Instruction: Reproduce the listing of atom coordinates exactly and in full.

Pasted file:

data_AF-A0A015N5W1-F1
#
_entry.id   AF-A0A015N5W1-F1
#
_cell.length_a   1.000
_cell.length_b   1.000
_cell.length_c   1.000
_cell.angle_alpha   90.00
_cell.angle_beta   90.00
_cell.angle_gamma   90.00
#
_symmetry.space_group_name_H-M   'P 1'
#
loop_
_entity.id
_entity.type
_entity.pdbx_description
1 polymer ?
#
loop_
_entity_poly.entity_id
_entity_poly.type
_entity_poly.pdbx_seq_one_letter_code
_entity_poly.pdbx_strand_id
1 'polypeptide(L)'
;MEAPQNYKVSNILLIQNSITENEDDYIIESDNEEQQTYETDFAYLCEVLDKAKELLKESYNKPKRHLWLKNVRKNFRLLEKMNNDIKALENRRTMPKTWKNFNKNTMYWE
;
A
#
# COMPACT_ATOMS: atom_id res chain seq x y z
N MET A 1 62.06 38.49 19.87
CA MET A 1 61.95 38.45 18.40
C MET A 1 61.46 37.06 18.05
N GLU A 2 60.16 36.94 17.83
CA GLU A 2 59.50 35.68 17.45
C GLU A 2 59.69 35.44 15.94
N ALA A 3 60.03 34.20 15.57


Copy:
data_AF-A0A015N5W1-F1
#
_entry.id   AF-A0A015N5W1-F1
#
_cell.length_a   1.000
_cell.length_b   1.000
_cell.length_c   1.000
_cell.angle_alpha   90.00
_cell.angle_beta   90.00
_cell.angle_gamma   90.00
#
_symmetry.space_group_name_H-M   'P 1'
#
loop_
_entity.id
_entity.type
_entity.pdbx_description
1 polymer ?
#
loop_
_entity_poly.entity_id
_entity_poly.type
_entity_poly.pdbx_seq_one_letter_code
_entity_poly.pdbx_strand_id
1 'polypeptide(L)'
;MEAPQNYKVSNILLIQNSITENEDDYIIESDNEEQQTYETDFAYLCEVLDKAKELLKESYNKPKRHLWLKNVRKNFRLLEKMNNDIKALENRRTMPKTWKNFNKNTMYWE
;
A
#
# COMPACT_ATOMS: atom_id res chain seq x y z
N MET A 1 62.06 38.49 19.87
CA MET A 1 61.95 38.45 18.40
C MET A 1 61.46 37.06 18.05
N GLU A 2 60.16 36.94 17.83
CA GLU A 2 59.50 35.68 17.45
C GLU A 2 59.69 35.44 15.94
N ALA A 3 60.03 34.20 15.57